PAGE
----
Comment by Heather Spoonheim on March 26, 2012 at 1:44pm

But Robert, can you honestly say that you can look a person dead straight in the eye with 100% respect when you know for a fact that they believe science is nothing more than a giant conspiracy put together by people who 'hate god'?  How about when they rave like spoiled children saying something like, "well your facts aren't my facts!"

Comment by Robert Karp on March 26, 2012 at 1:48pm

Heather I absolutely agree with you. I didn't mean to say I respect anyone with delusional thinking. I was specifically referring to atheist.

Comment by Unseen on March 26, 2012 at 2:58pm

I do find that a lot of atheists have a strawman view that all theists are either stupid or evil, but I grew up among theists, many of whom remain so. They are neither idiots nor devilish in any way, and in fact embody many of the better aspects of Christianity. And...where is the Atheist General Hospital anyway? Christians do SOME good, and if you can't admit that you are blind and prejudiced and, yes, an elitist.

Comment by Reg The Fronkey Farmer on March 26, 2012 at 3:27pm

Atheists tend to think deeper about the bigger questions in life because we don’t believe everything can be answered with “goddidit”. We use our reasoning skills and intellect rather than just faith and blindly accepting what we are told. Theists claim to possess the ultimate answers to these bigger questions but cannot produce even a shred of evidence for arriving at those answers other than claiming that faith is all that is required.

Intelligence is a trait common to all humankind. It is what defines us from other species. We have the ability to learn from many different spheres of human understanding, all of which fall under the umbrella of Science or the arts. Science is generally a no-go-area for Theists, especially the fundamentalists. It is viewed as unnecessary or even dangerous to ones faith to go down that road.

However Atheists are compelled to travel these roads for their whole lives. We never claim to have all the answers. But we enjoy the journey and have no intention of leaving the road. We enjoy the intellectual stimulation we get from asking questions. Wee process the EVIDENCE of the answers and then we progress a bit further. We see it as a type of evolution of the mind and we don’t get tried asking more questions. We sharpen our critical thinking skills by doing so and we can think more deeply and gain a deeper understanding of the human condition. We can see how unimportant each of us really is – “in the grand scheme of things”. We were lucky to be born and live long enough to be able to contemplate this life and its meaning (whatever you want it to be). Most of our species never even gets that chance.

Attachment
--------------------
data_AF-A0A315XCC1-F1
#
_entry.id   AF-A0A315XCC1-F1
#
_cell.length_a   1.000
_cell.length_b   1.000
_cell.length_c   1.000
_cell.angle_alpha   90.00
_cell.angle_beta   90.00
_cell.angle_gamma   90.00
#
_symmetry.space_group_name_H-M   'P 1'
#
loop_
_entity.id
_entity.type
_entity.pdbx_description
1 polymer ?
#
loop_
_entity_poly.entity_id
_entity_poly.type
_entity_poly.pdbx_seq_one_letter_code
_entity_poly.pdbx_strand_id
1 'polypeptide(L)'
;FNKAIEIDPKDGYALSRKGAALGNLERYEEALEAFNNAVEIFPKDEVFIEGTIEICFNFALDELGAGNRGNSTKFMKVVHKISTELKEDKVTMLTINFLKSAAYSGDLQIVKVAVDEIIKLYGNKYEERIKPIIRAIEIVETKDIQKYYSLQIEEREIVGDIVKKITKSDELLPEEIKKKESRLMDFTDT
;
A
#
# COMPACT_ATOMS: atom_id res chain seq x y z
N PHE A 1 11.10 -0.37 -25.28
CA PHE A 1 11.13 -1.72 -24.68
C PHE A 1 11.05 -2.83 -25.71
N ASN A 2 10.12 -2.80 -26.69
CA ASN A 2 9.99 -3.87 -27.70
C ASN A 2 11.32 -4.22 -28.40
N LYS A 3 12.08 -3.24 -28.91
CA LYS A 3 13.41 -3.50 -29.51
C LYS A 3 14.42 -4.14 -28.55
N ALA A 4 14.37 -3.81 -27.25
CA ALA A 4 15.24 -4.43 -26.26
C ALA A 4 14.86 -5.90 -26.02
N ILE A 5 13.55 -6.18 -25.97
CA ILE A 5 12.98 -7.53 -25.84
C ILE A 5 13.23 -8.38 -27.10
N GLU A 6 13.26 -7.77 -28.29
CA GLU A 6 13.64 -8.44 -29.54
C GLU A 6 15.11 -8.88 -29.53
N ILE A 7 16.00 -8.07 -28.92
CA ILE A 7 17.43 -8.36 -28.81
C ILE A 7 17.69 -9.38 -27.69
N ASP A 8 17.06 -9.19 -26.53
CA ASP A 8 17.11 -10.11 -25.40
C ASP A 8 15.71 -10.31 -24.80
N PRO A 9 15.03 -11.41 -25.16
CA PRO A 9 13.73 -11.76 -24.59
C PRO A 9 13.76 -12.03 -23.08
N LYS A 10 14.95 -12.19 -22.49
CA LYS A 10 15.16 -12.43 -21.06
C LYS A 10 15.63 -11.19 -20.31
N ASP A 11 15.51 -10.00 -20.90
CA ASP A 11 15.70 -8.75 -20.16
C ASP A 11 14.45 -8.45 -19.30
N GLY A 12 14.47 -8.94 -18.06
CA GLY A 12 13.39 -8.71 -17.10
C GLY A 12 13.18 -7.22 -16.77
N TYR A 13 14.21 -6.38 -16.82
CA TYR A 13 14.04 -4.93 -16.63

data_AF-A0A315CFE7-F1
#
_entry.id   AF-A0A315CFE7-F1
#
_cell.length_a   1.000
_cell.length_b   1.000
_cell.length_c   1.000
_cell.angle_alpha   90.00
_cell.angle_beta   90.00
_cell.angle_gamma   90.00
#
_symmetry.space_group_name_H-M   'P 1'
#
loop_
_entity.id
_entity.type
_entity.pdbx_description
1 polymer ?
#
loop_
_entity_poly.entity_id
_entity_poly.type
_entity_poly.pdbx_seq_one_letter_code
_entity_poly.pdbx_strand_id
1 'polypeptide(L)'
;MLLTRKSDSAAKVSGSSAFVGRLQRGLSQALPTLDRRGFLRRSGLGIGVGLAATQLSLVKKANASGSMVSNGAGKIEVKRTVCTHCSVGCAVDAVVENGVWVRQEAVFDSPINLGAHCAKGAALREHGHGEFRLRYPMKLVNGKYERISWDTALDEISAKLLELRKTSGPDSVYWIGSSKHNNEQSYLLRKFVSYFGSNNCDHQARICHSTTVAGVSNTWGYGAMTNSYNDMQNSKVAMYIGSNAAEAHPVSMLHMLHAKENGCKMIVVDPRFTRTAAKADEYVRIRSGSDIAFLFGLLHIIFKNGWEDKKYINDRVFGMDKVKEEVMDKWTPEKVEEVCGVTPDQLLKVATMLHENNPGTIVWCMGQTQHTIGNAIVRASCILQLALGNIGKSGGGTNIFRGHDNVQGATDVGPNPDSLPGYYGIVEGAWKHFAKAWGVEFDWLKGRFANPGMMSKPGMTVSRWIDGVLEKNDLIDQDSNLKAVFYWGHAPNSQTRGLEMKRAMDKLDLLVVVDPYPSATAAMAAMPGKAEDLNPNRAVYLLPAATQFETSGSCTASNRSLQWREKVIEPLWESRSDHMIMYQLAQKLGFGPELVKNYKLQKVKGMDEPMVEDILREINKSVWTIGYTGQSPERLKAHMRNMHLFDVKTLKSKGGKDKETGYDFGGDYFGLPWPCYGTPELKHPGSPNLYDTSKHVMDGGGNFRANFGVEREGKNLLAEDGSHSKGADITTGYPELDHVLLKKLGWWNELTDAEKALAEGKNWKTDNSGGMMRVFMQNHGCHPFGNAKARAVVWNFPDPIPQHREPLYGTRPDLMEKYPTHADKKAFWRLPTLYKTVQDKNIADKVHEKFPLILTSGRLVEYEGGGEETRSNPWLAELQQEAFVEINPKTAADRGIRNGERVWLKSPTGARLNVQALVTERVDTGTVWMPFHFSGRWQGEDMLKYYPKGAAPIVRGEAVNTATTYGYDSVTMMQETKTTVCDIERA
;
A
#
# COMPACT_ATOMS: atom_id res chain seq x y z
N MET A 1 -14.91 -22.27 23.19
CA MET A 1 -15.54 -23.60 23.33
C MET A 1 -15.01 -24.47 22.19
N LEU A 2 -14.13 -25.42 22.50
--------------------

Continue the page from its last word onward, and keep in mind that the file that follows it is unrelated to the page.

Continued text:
So when I meet a person who starts telling me that everything I perceive is all part of his gods plan for me and it will all make sense if I just take his word for it or that I will burn forever in a next life if I don’t – I automatically think to myself “So that is how far you mind has evolved”. I wish he would snap out of the delusion. Not for me but for himself so he could really appreciate the beauty of this world and could appreciate it even more if he was to became a mature adult and figure it out that we only live once.

So I don’t feel Elitist when I meet a Theist – I just know he will have difficulty keeping up with me. It may appear like intellectual snobbery but if you still believe that God made you and is watching you always or that you will live forever when you die because you believe that to be the only truth worth knowing then you and I are not in the same park. Mine require a membership test but no card need be carried. If you don’t believe in god you can enter this park. I have never yet met an Atheist who did not feel smarter within a few months of shedding religion. That is because it holds back you intellectual development. Thinking Atheist expands ones mind.

Comment by Arcus on March 26, 2012 at 3:31pm

What's wrong with elitism?

By definition it is being among the top performers within some area. The problem isn't the elite, or elitism, it's the dumb masses which reject the accuracy of the elites, adheres to the Jante Law, and substitute their own ignorance for the intelligence of those who have meritocratic achievements.

Comment by Stephen Walski on March 26, 2012 at 4:30pm

I think part of the ability to break free from the social structure of religion, at least in America, comes from a deep sense of knowing you are right about your beliefs. A person who is confident in their knowledge of the workings of life and the universe doesnt have a need to fall into step with mediocrity and conformist behavior. So yea i guess that can come off as a bit elitist to some. I prefer to view it as self confident in our viewpoints. 

Anytime someone breaks free of the norm its looked on as elitist.